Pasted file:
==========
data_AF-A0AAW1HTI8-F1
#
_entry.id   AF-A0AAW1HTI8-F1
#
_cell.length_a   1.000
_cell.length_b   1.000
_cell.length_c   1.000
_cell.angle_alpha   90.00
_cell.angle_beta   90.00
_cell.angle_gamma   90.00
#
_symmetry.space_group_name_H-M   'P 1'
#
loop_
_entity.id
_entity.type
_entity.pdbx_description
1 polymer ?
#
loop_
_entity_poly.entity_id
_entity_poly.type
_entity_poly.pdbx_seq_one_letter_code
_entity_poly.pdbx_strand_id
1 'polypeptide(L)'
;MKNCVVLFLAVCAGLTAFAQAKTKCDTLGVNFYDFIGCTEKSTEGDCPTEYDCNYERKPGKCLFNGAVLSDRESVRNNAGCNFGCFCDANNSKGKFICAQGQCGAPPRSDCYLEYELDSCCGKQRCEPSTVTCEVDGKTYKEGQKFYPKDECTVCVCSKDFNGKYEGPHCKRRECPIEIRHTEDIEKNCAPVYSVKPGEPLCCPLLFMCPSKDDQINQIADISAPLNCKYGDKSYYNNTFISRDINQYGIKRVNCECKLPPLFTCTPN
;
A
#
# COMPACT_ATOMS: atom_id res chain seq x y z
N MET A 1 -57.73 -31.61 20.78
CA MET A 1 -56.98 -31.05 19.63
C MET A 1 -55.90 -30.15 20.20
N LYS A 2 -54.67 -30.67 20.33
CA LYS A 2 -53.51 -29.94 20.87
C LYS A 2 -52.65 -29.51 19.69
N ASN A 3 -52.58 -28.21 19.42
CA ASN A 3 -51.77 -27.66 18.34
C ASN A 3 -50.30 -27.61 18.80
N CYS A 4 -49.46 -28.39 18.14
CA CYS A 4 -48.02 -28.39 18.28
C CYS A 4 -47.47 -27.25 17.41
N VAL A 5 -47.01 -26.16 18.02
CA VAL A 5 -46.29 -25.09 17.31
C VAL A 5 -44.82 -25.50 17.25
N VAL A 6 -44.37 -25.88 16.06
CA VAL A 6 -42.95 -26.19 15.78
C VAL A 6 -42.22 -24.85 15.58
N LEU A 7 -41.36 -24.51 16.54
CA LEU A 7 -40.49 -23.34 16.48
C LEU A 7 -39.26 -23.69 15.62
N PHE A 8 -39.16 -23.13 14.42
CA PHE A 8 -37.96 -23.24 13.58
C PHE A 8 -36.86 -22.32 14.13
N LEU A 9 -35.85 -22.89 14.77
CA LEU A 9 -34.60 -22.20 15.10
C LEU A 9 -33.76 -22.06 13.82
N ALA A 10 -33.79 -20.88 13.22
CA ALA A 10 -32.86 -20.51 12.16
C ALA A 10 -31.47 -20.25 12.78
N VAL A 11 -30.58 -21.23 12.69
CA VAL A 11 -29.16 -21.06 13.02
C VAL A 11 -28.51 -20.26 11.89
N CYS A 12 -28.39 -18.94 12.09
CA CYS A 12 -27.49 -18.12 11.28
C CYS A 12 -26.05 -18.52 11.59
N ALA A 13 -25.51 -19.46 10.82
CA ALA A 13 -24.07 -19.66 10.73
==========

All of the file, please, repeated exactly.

data_AF-A0AAW1HTI8-F1
#
_entry.id   AF-A0AAW1HTI8-F1
#
_cell.length_a   1.000
_cell.length_b   1.000
_cell.length_c   1.000
_cell.angle_alpha   90.00
_cell.angle_beta   90.00
_cell.angle_gamma   90.00
#
_symmetry.space_group_name_H-M   'P 1'
#
loop_
_entity.id
_entity.type
_entity.pdbx_description
1 polymer ?
#
loop_
_entity_poly.entity_id
_entity_poly.type
_entity_poly.pdbx_seq_one_letter_code
_entity_poly.pdbx_strand_id
1 'polypeptide(L)'
;MKNCVVLFLAVCAGLTAFAQAKTKCDTLGVNFYDFIGCTEKSTEGDCPTEYDCNYERKPGKCLFNGAVLSDRESVRNNAGCNFGCFCDANNSKGKFICAQGQCGAPPRSDCYLEYELDSCCGKQRCEPSTVTCEVDGKTYKEGQKFYPKDECTVCVCSKDFNGKYEGPHCKRRECPIEIRHTEDIEKNCAPVYSVKPGEPLCCPLLFMCPSKDDQINQIADISAPLNCKYGDKSYYNNTFISRDINQYGIKRVNCECKLPPLFTCTPN
;
A
#
# COMPACT_ATOMS: atom_id res chain seq x y z
N MET A 1 -57.73 -31.61 20.78
CA MET A 1 -56.98 -31.05 19.63
C MET A 1 -55.90 -30.15 20.20
N LYS A 2 -54.67 -30.67 20.33
CA LYS A 2 -53.51 -29.94 20.87
C LYS A 2 -52.65 -29.51 19.69
N ASN A 3 -52.58 -28.21 19.42
CA ASN A 3 -51.77 -27.66 18.34
C ASN A 3 -50.30 -27.61 18.80
N CYS A 4 -49.46 -28.39 18.14
CA CYS A 4 -48.02 -28.39 18.28
C CYS A 4 -47.47 -27.25 17.41
N VAL A 5 -47.01 -26.16 18.02
CA VAL A 5 -46.29 -25.09 17.31
C VAL A 5 -44.82 -25.50 17.25
N VAL A 6 -44.37 -25.88 16.06
CA VAL A 6 -42.95 -26.19 15.78
C VAL A 6 -42.22 -24.85 15.58
N LEU A 7 -41.36 -24.51 16.54
CA LEU A 7 -40.49 -23.34 16.48
C LEU A 7 -39.26 -23.69 15.62
N PHE A 8 -39.16 -23.13 14.42
CA PHE A 8 -37.96 -23.24 13.58
C PHE A 8 -36.86 -22.32 14.13
N LEU A 9 -35.85 -22.89 14.77
CA LEU A 9 -34.60 -22.20 15.10
C LEU A 9 -33.76 -22.06 13.82
N ALA A 10 -33.79 -20.88 13.22
CA ALA A 10 -32.86 -20.51 12.16
C ALA A 10 -31.47 -20.25 12.78
N VAL A 11 -30.58 -21.23 12.69
CA VAL A 11 -29.16 -21.06 13.02
C VAL A 11 -28.51 -20.26 11.89
N CYS A 12 -28.39 -18.94 12.09
CA CYS A 12 -27.49 -18.12 11.28
C CYS A 12 -26.05 -18.52 11.59
N ALA A 13 -25.51 -19.46 10.82
CA ALA A 13 -24.07 -19.66 10.73